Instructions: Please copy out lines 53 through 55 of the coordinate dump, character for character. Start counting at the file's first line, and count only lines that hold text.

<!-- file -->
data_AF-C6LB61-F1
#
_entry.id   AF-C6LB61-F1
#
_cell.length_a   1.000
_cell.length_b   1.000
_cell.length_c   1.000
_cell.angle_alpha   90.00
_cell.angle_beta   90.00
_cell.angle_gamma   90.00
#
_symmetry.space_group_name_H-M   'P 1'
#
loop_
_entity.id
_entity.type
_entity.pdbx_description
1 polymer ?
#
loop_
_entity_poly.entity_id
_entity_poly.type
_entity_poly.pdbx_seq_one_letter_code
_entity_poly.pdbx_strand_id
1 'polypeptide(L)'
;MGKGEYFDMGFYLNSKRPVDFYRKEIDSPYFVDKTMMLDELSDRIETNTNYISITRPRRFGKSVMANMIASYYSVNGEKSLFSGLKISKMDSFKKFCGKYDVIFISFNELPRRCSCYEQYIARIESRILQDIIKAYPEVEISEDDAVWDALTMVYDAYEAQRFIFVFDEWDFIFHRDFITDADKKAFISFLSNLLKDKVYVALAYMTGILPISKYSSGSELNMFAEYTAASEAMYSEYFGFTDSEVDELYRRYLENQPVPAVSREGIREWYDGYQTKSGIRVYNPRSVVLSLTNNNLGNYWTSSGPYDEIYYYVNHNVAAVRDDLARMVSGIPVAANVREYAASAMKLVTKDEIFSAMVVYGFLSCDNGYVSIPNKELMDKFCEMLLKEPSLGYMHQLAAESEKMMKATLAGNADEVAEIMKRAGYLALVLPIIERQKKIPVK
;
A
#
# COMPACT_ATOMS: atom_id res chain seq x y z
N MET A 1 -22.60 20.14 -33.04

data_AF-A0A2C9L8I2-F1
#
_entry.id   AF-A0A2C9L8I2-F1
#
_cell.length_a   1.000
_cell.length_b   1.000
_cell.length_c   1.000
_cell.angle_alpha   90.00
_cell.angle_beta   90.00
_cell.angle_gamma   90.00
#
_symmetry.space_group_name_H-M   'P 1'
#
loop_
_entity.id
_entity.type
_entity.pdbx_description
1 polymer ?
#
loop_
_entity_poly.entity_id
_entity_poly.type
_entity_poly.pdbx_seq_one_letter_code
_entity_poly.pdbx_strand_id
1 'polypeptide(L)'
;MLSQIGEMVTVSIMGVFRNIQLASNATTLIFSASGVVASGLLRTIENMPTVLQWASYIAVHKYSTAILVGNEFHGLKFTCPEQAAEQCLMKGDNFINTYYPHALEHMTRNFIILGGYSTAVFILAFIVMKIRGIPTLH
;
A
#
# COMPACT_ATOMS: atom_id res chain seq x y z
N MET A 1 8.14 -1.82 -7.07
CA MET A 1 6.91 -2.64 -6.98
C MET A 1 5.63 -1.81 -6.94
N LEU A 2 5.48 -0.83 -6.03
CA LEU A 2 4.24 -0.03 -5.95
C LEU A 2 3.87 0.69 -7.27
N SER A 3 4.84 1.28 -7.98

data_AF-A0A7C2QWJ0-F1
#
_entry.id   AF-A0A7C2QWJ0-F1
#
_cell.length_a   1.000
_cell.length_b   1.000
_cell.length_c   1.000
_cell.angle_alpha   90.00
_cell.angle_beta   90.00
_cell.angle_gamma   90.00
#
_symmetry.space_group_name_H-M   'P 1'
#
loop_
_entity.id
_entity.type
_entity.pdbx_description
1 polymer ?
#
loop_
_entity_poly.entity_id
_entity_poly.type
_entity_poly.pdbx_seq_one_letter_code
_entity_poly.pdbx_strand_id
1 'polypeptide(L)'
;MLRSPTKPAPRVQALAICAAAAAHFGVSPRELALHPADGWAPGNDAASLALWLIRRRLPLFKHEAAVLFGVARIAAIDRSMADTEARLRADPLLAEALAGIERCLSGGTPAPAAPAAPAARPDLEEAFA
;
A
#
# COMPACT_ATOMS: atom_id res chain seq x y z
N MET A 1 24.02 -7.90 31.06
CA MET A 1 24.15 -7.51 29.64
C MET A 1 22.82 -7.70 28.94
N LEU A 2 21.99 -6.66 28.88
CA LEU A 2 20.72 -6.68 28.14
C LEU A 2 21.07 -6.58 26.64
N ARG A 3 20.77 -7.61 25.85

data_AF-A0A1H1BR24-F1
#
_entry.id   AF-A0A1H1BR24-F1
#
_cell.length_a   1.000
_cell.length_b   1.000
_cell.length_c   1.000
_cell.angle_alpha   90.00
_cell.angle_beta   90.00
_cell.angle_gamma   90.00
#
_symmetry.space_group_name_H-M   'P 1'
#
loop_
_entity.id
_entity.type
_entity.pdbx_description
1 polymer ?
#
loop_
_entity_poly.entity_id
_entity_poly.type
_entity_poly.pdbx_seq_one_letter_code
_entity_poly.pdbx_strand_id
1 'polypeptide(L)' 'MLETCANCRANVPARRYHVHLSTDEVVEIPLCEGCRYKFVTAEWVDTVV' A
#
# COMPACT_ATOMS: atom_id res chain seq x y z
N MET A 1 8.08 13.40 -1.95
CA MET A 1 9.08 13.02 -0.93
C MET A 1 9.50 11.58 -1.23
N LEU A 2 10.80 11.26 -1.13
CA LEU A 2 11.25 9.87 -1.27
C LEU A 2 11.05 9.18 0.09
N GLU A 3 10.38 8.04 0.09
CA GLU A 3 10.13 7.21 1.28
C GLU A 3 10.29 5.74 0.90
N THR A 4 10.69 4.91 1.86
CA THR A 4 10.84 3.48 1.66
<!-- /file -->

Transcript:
_entity_poly.type
_entity_poly.pdbx_seq_one_letter_code
_entity_poly.pdbx_strand_id